The practice of glossolalia, speaking in tongues, is tied to the common understanding of religion, yet it reflects the very inverse of religious practice. Where religion is realized through fixed rituals and overseen by an institutional fear of loss of control, glossolalia breaks through this seemingly safe choreography, galloping unharnessed and free. The tongue begins to speak independently of its owner, uttering the language of undiluted spirit.
Who are we, independent of the language we use to communicate with each other? If written text and spoken word are the constructs that assemble our reality, there is an ongoing stirring to reverse-engineer an understanding of the phenomena of Derridian logocentrism. Postmodernism promised to reveal the illusion through deconstruction, yet the castle still stands and the moat grows ever deeper. And so we look for ways around these edifices. By cutting words into pieces and allowing them to grow into new forms, like flatworms ever regenerating, Kristina Buch shapes a nuanced understanding of the syllables that bridge knowing to the known, and the unknown to the yet-to-be-knowable.
You can’t walk unless the word runs. Here, the ear picks up the sound of layered utterances. We are invited into the space beyond the rigid didacticism of both the religious and the postmodern, far past our tongue-tied faith in that which can be constructed and deconstructed. A series of videos, shown on flat screens, share the exhibition’s title. As though the walls have anthropomorphized and grown a garden of human mouths, each screen presents a close-up curtain of lips that open and close, revealing tongues that press delicate and fiery messages against walls of teeth.
An installation of eight jacquard-woven tongue flags hang from the ceiling, lapping away the viewer’s extant associations. The front and back sides of a jacquard weave—a textile technology which figures prominently in the invention of computer code by Ada Lovelace—present a positive and negative image. When rendered into flag-forms, we are invited to consider the ontology of flags in and of themselves, so important to nations, armies, politics and sports. Are they trying to speak, and must they always play two sides against each other? The origin story of the tongue is one of protection. All reptiles, birds, and mammals have tongues, as do most amphibians. These appendages arrived in our mouths not to speak words and phrases, but to taste. Specifically, to identify poison. To discern. That Homo sapiens developed a language facility that relies on the tongue—our danger detector—is an evolutionary adaptation.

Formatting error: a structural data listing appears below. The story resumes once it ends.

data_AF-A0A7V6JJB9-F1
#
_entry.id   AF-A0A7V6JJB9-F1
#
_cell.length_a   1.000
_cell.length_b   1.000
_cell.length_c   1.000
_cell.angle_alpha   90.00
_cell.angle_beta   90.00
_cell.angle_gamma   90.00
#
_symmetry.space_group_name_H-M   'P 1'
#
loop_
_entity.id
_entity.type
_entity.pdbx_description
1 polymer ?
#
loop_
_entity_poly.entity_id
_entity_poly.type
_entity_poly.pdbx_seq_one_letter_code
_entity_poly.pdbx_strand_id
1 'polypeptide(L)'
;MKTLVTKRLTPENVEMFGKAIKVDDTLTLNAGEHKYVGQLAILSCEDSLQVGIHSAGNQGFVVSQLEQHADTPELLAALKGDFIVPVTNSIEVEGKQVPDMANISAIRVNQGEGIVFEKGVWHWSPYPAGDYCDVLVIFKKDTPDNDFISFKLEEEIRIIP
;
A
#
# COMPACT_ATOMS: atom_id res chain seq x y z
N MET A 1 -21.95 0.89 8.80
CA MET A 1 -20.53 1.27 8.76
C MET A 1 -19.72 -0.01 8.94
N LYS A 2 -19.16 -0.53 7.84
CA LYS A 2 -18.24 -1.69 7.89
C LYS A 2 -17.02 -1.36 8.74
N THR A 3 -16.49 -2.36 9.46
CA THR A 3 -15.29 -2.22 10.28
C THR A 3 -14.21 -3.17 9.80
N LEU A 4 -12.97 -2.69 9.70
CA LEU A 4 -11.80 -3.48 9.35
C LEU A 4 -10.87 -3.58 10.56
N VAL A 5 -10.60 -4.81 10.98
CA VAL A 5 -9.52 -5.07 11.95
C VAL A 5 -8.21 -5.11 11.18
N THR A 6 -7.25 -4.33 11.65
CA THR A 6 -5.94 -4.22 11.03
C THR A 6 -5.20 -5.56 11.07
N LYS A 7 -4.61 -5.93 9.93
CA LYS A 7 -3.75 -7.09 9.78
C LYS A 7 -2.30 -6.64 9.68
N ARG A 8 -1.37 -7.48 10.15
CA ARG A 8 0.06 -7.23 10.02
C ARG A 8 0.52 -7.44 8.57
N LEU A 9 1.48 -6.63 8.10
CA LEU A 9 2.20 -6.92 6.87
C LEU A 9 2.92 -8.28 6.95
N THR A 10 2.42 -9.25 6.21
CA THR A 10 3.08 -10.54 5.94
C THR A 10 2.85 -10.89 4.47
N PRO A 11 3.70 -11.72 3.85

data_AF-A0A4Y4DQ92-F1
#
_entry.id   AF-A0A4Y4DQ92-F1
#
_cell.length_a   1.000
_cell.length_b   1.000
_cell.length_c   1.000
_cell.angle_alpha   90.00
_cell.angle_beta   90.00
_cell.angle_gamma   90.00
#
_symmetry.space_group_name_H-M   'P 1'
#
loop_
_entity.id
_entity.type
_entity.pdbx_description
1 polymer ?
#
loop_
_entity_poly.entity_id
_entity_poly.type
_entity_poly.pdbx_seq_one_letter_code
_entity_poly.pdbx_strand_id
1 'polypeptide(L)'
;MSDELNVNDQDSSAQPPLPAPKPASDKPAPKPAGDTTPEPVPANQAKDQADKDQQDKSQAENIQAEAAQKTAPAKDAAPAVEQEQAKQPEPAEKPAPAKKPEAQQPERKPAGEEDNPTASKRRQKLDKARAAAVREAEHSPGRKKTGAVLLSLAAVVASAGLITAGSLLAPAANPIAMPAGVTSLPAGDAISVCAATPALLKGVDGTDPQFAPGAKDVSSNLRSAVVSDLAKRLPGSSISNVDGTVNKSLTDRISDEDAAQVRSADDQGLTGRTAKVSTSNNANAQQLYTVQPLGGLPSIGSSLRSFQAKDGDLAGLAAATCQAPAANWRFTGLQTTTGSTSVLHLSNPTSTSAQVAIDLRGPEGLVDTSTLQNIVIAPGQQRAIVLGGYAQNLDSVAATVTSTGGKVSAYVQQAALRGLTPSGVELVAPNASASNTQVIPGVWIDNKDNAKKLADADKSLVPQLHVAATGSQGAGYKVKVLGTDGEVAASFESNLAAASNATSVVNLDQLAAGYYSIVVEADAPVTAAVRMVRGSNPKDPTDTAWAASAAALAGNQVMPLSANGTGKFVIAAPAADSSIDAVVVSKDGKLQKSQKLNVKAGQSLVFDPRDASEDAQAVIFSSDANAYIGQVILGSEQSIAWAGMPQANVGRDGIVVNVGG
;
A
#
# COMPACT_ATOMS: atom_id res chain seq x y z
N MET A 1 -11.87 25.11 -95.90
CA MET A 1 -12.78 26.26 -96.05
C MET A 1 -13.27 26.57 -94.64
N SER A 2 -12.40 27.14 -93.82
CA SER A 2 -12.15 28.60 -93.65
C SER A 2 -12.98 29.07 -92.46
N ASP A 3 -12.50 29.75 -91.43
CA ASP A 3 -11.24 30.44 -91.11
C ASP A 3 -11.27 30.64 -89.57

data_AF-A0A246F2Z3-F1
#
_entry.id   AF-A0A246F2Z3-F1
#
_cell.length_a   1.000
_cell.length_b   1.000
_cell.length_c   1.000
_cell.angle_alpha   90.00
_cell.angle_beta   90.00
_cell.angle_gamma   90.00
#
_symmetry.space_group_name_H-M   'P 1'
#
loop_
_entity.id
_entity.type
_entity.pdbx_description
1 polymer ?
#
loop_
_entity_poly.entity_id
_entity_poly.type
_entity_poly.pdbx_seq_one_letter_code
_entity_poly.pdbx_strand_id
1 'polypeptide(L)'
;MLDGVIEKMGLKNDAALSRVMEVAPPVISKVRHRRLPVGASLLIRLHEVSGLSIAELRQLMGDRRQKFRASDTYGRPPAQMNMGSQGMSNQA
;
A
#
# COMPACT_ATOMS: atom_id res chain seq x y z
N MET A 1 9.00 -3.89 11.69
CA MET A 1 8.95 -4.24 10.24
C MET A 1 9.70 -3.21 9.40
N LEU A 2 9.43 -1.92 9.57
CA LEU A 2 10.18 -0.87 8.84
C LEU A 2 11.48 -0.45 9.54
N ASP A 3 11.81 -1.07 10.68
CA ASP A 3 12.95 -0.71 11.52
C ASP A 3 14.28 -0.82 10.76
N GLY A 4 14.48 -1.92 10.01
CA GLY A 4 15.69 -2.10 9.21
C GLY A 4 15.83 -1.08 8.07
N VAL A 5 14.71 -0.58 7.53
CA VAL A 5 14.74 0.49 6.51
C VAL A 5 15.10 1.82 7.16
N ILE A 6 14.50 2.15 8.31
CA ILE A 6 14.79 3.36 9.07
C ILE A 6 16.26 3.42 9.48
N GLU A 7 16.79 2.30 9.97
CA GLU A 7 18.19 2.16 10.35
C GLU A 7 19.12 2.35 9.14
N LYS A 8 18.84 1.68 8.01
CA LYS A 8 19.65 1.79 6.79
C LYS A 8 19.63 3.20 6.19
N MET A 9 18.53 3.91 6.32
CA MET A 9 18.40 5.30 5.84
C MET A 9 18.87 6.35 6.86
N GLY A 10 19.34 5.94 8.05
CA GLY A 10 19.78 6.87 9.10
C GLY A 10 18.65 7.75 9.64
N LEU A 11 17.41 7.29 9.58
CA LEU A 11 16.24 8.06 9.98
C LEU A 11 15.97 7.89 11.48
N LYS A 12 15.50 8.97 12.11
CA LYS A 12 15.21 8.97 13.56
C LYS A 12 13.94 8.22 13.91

William James posited that, “If the grace of God miraculously operates, it probably operates through the subliminal door”. If that door is a language, it is not one that we yet know how to write or speak. Thus, as philosopher Simone Weil stated, “Impossibility is the door of the supernatural. We can but knock on it. It is someone else who opens.” It is answered by the countercultural, eternally untamable. Through image and language, Buch directs her viewers toward this level of intuitive discernment, but not for the facile goal of understanding.
We might ask: what do tongues—reminiscent of the moist and vulnerable corporeal; a guard at the door, securing our opening to the world—do? They move in time with the politics of the moment. Or perhaps they refuse those safe and cozy moves and become missiles, or targets. In this way, they taste history. (Aimee Walleston, 2019)
Kristina Buch (born 1983 in Meerbusch-Lank, Germany) holds an MSc Biology and studied Protestant Theology, before doing her MA in Sculpture at the Royal College of Art, London and at the Kunstakademie Düsseldorf (with Rosemarie Trockel). In 2012 she participated at dOCUMENTA(13) and has shown her works among many other international venues, at the Bundeskunsthalle Bonn (2018), MALBA / Buenos Aires (2017), Kunsthalle Bremerhaven (2016), ISCP NYC (2016), Istanbul Biennial (2015), Kunsthalle Basel (2015), Index The Swedish Contemporary Art Foundation (2014), Emily Harvey Foundation NYC (2013), Manifesta9 p.e. (2012). The GAK Gesellschaft für Aktuelle Kunst presents Buch’s first comprehensive solo exhibition.
Fri 31.01.20, 7pm
Sun 15.03.20, 11am
Guided tour with Sarah Maria Kaiser and Anne Storm
Tue 07.04.20, 7pm
Bremer Atelier IV: Natascha Sadr Haghighian
Studio Visit (for members only)
Please register until 22.03. →
Sun 19.04.20, 11am
with Regina Barunke
Senator of Culture of the Free Hanseatic City of Bremen, Kunststiftung NRW, Kulturwerk Foundation of the VG Bild-Kunst, Christian Strenger, Karin and Uwe Hollweg Foundation, and special thanks to private donors